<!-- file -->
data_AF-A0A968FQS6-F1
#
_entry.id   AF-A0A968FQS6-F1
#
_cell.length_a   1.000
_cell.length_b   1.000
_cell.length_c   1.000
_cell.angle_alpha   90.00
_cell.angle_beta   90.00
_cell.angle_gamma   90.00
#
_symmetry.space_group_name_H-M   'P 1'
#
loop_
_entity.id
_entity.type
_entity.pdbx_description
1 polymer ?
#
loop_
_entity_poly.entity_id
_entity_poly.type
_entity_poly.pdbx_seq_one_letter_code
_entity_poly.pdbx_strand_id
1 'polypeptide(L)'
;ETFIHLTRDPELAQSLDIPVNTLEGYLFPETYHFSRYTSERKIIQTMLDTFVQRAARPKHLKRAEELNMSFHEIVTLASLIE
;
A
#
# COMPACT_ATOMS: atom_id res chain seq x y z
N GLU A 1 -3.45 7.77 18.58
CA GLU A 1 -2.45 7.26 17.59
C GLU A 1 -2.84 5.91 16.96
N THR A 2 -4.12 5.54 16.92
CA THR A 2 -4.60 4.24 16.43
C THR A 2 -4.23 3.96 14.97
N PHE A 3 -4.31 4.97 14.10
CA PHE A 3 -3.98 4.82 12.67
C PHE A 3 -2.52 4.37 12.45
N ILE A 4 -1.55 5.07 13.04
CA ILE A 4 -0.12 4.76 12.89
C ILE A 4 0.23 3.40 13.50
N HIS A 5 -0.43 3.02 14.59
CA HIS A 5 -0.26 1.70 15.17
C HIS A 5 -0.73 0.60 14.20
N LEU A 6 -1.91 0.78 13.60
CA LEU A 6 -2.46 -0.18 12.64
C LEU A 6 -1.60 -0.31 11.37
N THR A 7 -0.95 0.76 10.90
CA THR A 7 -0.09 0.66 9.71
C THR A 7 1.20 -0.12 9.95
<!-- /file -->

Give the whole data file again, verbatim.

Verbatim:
data_AF-A0A968FQS6-F1
#
_entry.id   AF-A0A968FQS6-F1
#
_cell.length_a   1.000
_cell.length_b   1.000
_cell.length_c   1.000
_cell.angle_alpha   90.00
_cell.angle_beta   90.00
_cell.angle_gamma   90.00
#
_symmetry.space_group_name_H-M   'P 1'
#
loop_
_entity.id
_entity.type
_entity.pdbx_description
1 polymer ?
#
loop_
_entity_poly.entity_id
_entity_poly.type
_entity_poly.pdbx_seq_one_letter_code
_entity_poly.pdbx_strand_id
1 'polypeptide(L)'
;ETFIHLTRDPELAQSLDIPVNTLEGYLFPETYHFSRYTSERKIIQTMLDTFVQRAARPKHLKRAEELNMSFHEIVTLASLIE
;
A
#
# COMPACT_ATOMS: atom_id res chain seq x y z
N GLU A 1 -3.45 7.77 18.58
CA GLU A 1 -2.45 7.26 17.59
C GLU A 1 -2.84 5.91 16.96
N THR A 2 -4.12 5.54 16.92
CA THR A 2 -4.60 4.24 16.43
C THR A 2 -4.23 3.96 14.97
N PHE A 3 -4.31 4.97 14.10
CA PHE A 3 -3.98 4.82 12.67
C PHE A 3 -2.52 4.37 12.45
N ILE A 4 -1.55 5.07 13.04
CA ILE A 4 -0.12 4.76 12.89
C ILE A 4 0.23 3.40 13.50
N HIS A 5 -0.43 3.02 14.59
CA HIS A 5 -0.26 1.70 15.17
C HIS A 5 -0.73 0.60 14.20
N LEU A 6 -1.91 0.78 13.60
CA LEU A 6 -2.46 -0.18 12.64
C LEU A 6 -1.60 -0.31 11.37
N THR A 7 -0.95 0.76 10.90
CA THR A 7 -0.09 0.66 9.71
C THR A 7 1.20 -0.12 9.95